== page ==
Project Honolulu is Microsoft’s stab at narrowing the gap between the PowerShell command line and graphical user interface (GUI) tools such as Microsoft Management Console.
In September, the company released a technical preview (version 1709) and now Windows Insiders, members of the company’s early-access and feedback program, can be the first to try out the updated version of the browser-based GUI toolset for Windows Server management.
Microsoft is making Project Honolulu version 1711, build 01003, available to Windows Insiders before the public can get its hands on it, announced Dona Sarkar, a software engineer at Microsoft’s Windows and Devices group and head of the Windows Insider program, on Nov. 15. Insiders will be the first to experience some of the performance optimizations that the company has in store for the software.
“We have updated the grid in the Certificates and Events tools to a more performant control which is able to handle large datasets without a loss in performance,” Sarkar wrote in a blog post. “In the next release, it will be updated across all tools. In the Events tool, the data is streamed in as it loads, which can lead to a shorter loading time than the in-box tool when working with channels that contain many events.”
As with any beta or pre-release software, users may encounter some issues. Project Honolulu is no exception.
Sarkar warned that opening a web browser’s debugger while a Remote Desktop session is active can cause the entire operating system to crash. The software is also unable to send some key-based commands, like Ctrl+Alt+Del and Alt+Tab, she said. A complete list of bugs is available in this blog post.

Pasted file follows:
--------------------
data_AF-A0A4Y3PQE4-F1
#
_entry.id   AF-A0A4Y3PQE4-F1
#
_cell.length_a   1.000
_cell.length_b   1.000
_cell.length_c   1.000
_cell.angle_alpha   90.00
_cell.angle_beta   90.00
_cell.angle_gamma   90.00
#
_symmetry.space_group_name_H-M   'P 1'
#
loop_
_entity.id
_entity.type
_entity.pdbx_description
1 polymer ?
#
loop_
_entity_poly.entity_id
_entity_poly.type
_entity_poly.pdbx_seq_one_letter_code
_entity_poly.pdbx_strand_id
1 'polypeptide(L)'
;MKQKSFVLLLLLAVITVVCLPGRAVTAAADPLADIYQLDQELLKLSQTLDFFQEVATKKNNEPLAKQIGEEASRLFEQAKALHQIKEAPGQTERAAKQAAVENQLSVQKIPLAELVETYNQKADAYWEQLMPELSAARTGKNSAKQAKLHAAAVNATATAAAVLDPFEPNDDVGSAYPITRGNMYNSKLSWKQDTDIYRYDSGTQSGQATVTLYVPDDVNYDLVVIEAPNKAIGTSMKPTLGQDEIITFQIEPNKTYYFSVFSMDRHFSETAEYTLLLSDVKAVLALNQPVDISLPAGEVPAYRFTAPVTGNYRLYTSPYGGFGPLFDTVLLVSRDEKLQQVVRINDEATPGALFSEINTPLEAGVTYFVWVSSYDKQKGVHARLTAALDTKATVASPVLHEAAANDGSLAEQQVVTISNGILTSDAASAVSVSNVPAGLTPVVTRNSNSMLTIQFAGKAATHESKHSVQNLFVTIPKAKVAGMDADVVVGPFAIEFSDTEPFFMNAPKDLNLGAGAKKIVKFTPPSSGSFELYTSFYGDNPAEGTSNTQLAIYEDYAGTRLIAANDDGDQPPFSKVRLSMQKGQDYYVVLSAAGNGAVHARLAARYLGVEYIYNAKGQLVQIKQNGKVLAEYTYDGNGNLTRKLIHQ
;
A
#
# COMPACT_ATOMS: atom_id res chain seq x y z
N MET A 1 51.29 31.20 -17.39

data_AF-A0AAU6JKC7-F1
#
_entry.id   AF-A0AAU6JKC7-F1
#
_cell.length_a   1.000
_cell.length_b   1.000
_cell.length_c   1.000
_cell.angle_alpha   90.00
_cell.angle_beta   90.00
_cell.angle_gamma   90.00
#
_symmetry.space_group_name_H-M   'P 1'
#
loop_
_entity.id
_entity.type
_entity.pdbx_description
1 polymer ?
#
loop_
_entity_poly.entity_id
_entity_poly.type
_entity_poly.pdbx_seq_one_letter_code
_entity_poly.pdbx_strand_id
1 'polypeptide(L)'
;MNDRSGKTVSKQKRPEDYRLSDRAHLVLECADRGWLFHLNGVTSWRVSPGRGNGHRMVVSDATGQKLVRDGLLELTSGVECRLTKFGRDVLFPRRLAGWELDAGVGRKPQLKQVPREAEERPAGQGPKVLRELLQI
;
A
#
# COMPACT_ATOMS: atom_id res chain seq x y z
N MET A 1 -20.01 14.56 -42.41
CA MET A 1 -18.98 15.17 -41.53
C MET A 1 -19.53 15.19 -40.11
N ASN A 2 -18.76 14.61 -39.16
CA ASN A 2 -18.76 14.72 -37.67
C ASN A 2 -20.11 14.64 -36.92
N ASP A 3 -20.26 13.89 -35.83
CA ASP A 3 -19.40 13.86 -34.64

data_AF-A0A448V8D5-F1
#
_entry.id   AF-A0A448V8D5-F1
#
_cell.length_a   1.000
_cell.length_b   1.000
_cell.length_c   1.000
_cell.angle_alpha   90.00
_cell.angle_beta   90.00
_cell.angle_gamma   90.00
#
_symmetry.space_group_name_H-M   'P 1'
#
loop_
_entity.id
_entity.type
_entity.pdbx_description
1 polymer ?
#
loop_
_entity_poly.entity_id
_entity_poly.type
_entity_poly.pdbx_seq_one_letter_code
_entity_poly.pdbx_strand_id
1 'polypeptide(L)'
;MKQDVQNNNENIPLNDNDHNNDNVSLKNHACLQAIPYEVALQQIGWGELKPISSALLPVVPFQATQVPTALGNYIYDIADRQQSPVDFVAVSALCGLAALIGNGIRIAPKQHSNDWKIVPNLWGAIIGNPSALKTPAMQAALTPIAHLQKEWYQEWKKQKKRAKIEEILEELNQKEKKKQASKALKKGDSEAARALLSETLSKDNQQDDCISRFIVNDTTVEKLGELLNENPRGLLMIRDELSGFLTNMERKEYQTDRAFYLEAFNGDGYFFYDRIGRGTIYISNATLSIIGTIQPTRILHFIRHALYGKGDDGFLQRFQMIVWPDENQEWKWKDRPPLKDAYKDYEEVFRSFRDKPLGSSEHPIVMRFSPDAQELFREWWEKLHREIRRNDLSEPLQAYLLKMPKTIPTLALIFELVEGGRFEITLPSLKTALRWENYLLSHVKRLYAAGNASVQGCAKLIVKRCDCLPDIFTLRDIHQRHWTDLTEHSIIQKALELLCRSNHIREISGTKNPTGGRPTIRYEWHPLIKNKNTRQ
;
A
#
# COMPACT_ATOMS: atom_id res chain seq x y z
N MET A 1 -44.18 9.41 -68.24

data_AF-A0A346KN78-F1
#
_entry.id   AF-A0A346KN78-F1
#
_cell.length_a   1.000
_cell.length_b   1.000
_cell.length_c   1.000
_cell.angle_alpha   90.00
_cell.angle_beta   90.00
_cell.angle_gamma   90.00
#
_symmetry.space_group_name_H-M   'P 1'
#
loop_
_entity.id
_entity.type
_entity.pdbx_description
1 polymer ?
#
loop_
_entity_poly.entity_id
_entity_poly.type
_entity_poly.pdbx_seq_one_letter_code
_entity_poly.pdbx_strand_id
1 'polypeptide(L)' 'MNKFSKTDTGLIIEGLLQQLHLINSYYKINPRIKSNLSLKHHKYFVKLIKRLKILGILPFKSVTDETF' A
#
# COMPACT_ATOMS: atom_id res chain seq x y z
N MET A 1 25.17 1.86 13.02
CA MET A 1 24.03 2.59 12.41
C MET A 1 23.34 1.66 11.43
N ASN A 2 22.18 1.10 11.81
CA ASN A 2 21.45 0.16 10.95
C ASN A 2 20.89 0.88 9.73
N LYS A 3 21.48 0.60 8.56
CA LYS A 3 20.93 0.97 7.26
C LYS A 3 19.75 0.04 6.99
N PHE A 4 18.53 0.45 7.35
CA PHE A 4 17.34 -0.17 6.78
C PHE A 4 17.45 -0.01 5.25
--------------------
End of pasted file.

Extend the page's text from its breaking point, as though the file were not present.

With PowerShell and the Project Honolulu’s Remote Desktop tool, part of the software’s Server Manager set of options, users can configure features lacking a related GUI tool on remote systems. Version 1711 also now allows users to add Windows 10 client systems as connections and manage them using the Computer Management options.
The Switch Embedded Teaming feature in Windows Server gains a visual tool (filed under Virtual Switches), but ability to use Local Administrator Password Solution while the software operates as a Windows Server service has been disabled, although it’s still available on Windows 10.
Joining the latest version of Project Honolulu is Windows Server build 17035.
In this version, Microsoft has re-enabled the company’s server storage pooling technology, Storage Spaces Direct. Additionally, it arrives with data deduplication, a highly-requested feature.
Data deduplication is commonly used among enterprise data storage vendors to help their customers pack more information into their arrays and maximize their storage hardware investments. In the Windows Server implementation, users can expect to reduce their data footprint by up to 50 percent, according to Microsoft.
Coders also now have a new way of working with their application containers on Windows Server. “Developers can now use localhost or loopback (127.0.0.1) to access services running in containers on the host,” said Sarkar.